Police Mistake Maple Leaves for Marijuana, Tell Whole Town Someone’s Giving Pot Candy to Kids
We really can’t have nice things in this world. Some cool person in Illinois decided to break the mold a bit this year and instead of handing out the same old Snickers or Butterfinger bars as everybody else, distributed cool, imported Japanese candy instead. That is a great idea! It’s interesting and out-of-the-box, and it gets kids exposed to new flavors and stuff they might not have seen before. I want to give that person a high-five, but I can’t because they’re probably hiding in their house from pitchfork-wielding mobs, because some parents saw the treats, flipped out, and called the cops to say that someone was passing out marijuana candy to children on Halloween.
In the parents’ defense, the candy was covered in pictures of tiny, colorful maple leaves, and a Japanese maple leaf does look a little bit like a marijuana leaf. I have five Japanese maple trees in my yard. I hope nobody calls the police on me. At this point I don’t even trust people to know that marijuana doesn’t grow on trees. According to US News, the police wasted no time in running with the parental panic and posting an emergency “marijuana candy” notice to Facebook, though.
A parent who saw the candy, which was marked “Crunch Choco Bar,” mistook the maple leaves on the label for marijuana and called the police, who also mistook the maple leaves for marijuana and sent out an emergency release on Facebook telling parents that the candy was covered in pictures of cannabis leaves and urging parents to inspect their children’s candy and asking for information on the house that was distributing the candy. They also said that the candy tested positive for marijuana in a field test.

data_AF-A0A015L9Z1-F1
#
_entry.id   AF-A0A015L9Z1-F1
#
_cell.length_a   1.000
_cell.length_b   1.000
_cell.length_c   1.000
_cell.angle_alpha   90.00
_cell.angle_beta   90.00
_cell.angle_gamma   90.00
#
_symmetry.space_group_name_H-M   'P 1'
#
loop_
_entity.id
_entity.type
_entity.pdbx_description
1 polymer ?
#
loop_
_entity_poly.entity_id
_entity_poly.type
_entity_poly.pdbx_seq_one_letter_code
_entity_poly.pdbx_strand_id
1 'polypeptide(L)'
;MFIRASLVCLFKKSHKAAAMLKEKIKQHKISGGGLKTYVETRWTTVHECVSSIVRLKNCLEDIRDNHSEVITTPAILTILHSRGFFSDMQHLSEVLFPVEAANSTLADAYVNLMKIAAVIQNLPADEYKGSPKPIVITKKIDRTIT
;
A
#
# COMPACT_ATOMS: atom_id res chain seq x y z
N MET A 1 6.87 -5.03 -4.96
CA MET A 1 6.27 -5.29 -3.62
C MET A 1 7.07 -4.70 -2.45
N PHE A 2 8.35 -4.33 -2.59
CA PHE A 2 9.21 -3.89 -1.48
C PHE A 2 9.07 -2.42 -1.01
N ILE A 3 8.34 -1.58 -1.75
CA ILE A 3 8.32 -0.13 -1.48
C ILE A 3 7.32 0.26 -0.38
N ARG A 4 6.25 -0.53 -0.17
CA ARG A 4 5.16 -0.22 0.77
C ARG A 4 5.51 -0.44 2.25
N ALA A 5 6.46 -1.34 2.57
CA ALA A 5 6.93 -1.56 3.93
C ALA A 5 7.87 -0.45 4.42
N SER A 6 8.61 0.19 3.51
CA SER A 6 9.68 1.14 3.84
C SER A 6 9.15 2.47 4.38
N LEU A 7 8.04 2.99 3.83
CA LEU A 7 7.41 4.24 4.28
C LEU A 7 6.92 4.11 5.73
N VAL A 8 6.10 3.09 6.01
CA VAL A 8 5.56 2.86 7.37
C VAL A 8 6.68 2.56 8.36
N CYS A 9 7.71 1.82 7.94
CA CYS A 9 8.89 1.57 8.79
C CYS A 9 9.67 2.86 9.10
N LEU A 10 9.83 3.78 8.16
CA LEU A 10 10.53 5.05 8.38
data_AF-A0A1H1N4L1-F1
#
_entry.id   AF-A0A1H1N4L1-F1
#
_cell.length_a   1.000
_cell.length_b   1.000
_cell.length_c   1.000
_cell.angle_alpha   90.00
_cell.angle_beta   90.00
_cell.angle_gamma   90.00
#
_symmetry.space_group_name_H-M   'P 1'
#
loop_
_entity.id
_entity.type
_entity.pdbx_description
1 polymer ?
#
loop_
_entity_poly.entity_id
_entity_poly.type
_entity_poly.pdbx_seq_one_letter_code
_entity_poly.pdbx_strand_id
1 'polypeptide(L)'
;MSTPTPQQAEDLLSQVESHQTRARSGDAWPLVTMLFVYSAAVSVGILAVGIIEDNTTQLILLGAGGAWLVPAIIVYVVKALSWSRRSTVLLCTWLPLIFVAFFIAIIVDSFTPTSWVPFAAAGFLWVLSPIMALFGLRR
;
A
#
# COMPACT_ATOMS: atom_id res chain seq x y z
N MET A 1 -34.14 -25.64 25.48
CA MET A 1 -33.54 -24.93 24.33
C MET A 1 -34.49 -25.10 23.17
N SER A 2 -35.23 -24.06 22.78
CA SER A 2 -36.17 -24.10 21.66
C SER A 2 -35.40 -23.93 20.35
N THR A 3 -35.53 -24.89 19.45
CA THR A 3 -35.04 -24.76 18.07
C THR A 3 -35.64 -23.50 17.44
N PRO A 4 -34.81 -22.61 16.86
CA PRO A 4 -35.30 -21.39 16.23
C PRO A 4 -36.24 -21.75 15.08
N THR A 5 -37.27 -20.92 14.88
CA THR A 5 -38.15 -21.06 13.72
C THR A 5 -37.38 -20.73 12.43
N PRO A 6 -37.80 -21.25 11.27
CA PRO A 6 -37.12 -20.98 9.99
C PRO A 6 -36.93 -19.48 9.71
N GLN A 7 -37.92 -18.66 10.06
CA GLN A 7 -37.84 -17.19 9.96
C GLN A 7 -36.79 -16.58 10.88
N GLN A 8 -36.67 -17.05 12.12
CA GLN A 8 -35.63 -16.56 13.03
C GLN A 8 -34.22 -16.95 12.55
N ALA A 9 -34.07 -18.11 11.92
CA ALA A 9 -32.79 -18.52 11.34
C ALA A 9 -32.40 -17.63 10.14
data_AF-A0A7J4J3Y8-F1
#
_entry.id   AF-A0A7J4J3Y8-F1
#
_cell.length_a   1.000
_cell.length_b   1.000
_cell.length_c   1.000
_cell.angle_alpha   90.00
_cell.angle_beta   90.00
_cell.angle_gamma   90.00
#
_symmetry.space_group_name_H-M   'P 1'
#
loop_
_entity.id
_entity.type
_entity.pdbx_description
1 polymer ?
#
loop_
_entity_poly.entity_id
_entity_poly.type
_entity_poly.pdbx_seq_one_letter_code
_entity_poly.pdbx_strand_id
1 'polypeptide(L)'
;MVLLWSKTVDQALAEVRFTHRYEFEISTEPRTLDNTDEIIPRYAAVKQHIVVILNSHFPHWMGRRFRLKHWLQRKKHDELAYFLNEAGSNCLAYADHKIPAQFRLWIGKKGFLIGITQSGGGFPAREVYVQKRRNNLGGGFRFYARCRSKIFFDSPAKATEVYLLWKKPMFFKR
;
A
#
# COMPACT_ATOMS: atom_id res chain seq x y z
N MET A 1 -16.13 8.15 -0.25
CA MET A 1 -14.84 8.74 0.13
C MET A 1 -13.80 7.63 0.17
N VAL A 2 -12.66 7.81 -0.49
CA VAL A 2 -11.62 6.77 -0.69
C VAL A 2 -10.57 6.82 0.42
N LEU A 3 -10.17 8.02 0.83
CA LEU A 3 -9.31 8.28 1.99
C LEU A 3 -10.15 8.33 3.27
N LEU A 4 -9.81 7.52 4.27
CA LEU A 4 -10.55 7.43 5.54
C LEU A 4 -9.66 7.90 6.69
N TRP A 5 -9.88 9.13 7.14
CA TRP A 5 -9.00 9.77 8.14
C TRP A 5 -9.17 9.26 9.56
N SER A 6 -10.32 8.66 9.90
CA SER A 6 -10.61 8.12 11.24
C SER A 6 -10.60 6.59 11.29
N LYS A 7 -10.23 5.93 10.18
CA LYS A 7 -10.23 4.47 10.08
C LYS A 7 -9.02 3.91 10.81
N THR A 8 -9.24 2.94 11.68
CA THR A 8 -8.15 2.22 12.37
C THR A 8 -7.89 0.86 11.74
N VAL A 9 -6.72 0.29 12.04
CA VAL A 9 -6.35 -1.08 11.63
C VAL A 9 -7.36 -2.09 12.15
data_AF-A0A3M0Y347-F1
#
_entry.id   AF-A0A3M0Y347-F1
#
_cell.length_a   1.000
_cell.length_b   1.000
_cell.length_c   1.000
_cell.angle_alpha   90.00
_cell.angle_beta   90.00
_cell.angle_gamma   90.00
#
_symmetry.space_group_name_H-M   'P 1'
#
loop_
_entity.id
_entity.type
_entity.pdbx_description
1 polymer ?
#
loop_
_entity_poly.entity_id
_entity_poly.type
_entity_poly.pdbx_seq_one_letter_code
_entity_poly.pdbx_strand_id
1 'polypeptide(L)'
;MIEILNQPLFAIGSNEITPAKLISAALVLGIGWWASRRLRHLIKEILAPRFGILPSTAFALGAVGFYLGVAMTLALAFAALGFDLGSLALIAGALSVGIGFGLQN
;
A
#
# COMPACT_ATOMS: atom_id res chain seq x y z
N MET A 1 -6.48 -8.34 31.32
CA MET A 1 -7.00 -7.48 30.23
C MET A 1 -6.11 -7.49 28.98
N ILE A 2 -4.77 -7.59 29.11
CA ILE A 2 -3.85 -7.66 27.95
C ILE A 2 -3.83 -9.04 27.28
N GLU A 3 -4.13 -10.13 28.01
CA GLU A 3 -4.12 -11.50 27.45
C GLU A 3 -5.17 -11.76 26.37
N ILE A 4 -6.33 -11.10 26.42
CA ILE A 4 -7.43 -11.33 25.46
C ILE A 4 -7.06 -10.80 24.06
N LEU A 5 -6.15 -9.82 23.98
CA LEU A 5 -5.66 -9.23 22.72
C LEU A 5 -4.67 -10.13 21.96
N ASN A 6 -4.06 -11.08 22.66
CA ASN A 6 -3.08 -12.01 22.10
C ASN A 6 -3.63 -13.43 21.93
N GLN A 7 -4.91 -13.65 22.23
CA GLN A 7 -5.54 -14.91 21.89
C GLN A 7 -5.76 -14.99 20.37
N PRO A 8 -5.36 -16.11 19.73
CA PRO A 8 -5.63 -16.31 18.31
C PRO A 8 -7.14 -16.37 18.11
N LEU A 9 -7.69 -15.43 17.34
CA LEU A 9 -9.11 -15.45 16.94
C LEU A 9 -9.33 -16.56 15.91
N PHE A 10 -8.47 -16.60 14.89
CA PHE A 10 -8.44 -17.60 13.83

If the police really field tested the candy and the tests came back positive, that’s pretty disturbing, because it seems like the field tests for these things are extremely unreliable. A Florida man is suing the police after he was arrested for meth possession after a positive field test indicated there was meth in his car. It turned out the “meth” was icing from a Krispy Kreme doughnut and the field test gave a false positive. These tests don’t seem very trustworthy if they’re giving positive results to innocent candy and doughnut sugar.
The maple leaf candy has been sent to a lab for proper drug testing, and the results of that test are not back yet, but it seems likely that the candy is completely innocent. A blogger from Dankspace who bothered to Google the candy in question after the police issued the warning said that the candy in question is actually a neat Japanese candy from a brand called Iroha Kaede, after a maple tree with colorful leaves.
Whoever handed out the cool Japanese candy must be in the middle of their own personal Crucible over in Manlius, IL, right now, just because they tried to do something nice for Halloween.